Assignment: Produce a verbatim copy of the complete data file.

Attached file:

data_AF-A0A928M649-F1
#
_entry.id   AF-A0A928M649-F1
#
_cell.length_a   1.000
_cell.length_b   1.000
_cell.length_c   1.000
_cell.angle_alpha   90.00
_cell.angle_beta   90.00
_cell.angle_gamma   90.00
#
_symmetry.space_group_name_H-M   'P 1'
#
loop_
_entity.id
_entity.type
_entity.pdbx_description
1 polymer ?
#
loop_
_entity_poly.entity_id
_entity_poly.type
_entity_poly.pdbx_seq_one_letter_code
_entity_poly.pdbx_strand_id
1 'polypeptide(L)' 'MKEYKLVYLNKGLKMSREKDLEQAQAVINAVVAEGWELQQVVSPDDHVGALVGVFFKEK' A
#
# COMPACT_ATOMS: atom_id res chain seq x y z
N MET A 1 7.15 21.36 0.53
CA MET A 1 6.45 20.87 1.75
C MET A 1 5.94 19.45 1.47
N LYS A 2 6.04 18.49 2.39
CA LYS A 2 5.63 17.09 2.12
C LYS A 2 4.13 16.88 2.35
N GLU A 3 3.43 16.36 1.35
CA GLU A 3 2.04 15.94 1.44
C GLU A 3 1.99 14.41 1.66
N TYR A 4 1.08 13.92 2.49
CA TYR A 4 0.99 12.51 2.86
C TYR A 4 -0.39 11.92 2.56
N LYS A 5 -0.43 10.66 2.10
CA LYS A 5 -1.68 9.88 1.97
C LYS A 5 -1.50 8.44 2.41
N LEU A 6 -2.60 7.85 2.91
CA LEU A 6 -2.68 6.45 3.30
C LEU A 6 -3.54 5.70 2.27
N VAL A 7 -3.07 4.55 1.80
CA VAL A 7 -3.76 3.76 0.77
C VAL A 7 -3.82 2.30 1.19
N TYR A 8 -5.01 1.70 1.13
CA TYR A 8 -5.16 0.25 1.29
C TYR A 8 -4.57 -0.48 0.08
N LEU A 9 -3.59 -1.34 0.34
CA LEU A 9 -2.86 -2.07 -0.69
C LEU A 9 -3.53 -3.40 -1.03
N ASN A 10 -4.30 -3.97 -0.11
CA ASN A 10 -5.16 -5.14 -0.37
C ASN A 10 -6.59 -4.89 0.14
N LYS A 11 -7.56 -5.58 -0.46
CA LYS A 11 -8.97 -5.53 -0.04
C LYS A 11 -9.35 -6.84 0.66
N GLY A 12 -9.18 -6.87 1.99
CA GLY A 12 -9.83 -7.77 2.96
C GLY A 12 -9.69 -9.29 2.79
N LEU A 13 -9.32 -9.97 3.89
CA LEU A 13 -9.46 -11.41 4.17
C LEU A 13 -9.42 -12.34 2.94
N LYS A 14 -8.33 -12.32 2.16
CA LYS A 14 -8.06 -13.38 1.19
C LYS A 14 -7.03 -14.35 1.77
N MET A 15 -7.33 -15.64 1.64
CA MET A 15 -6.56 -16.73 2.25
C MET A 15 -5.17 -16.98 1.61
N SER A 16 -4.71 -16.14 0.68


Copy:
data_AF-A0A928M649-F1
#
_entry.id   AF-A0A928M649-F1
#
_cell.length_a   1.000
_cell.length_b   1.000
_cell.length_c   1.000
_cell.angle_alpha   90.00
_cell.angle_beta   90.00
_cell.angle_gamma   90.00
#
_symmetry.space_group_name_H-M   'P 1'
#
loop_
_entity.id
_entity.type
_entity.pdbx_description
1 polymer ?
#
loop_
_entity_poly.entity_id
_entity_poly.type
_entity_poly.pdbx_seq_one_letter_code
_entity_poly.pdbx_strand_id
1 'polypeptide(L)' 'MKEYKLVYLNKGLKMSREKDLEQAQAVINAVVAEGWELQQVVSPDDHVGALVGVFFKEK' A
#
# COMPACT_ATOMS: atom_id res chain seq x y z
N MET A 1 7.15 21.36 0.53
CA MET A 1 6.45 20.87 1.75
C MET A 1 5.94 19.45 1.47
N LYS A 2 6.04 18.49 2.39
CA LYS A 2 5.63 17.09 2.12
C LYS A 2 4.13 16.88 2.35
N GLU A 3 3.43 16.36 1.35
CA GLU A 3 2.04 15.94 1.44
C GLU A 3 1.99 14.41 1.66
N TYR A 4 1.08 13.92 2.49
CA TYR A 4 0.99 12.51 2.86
C TYR A 4 -0.39 11.92 2.56
N LYS A 5 -0.43 10.66 2.10
CA LYS A 5 -1.68 9.88 1.97
C LYS A 5 -1.50 8.44 2.41
N LEU A 6 -2.60 7.85 2.91
CA LEU A 6 -2.68 6.45 3.30
C LEU A 6 -3.54 5.70 2.27
N VAL A 7 -3.07 4.55 1.80
CA VAL A 7 -3.76 3.76 0.77
C VAL A 7 -3.82 2.30 1.19
N TYR A 8 -5.01 1.70 1.13
CA TYR A 8 -5.16 0.25 1.29
C TYR A 8 -4.57 -0.48 0.08
N LEU A 9 -3.59 -1.34 0.34
CA LEU A 9 -2.86 -2.07 -0.69
C LEU A 9 -3.53 -3.40 -1.03
N ASN A 10 -4.30 -3.97 -0.11
CA ASN A 10 -5.16 -5.14 -0.37
C ASN A 10 -6.59 -4.89 0.14
N LYS A 11 -7.56 -5.58 -0.46
CA LYS A 11 -8.97 -5.53 -0.04
C LYS A 11 -9.35 -6.84 0.66
N GLY A 12 -9.18 -6.87 1.99
CA GLY A 12 -9.83 -7.77 2.96
C GLY A 12 -9.69 -9.29 2.79
N LEU A 13 -9.32 -9.97 3.89
CA LEU A 13 -9.46 -11.41 4.17
C LEU A 13 -9.42 -12.34 2.94
N LYS A 14 -8.33 -12.32 2.16
CA LYS A 14 -8.06 -13.38 1.19
C LYS A 14 -7.03 -14.35 1.77
N MET A 15 -7.33 -15.64 1.64
CA MET A 15 -6.56 -16.73 2.25
C MET A 15 -5.17 -16.98 1.61
N SER A 16 -4.71 -16.14 0.68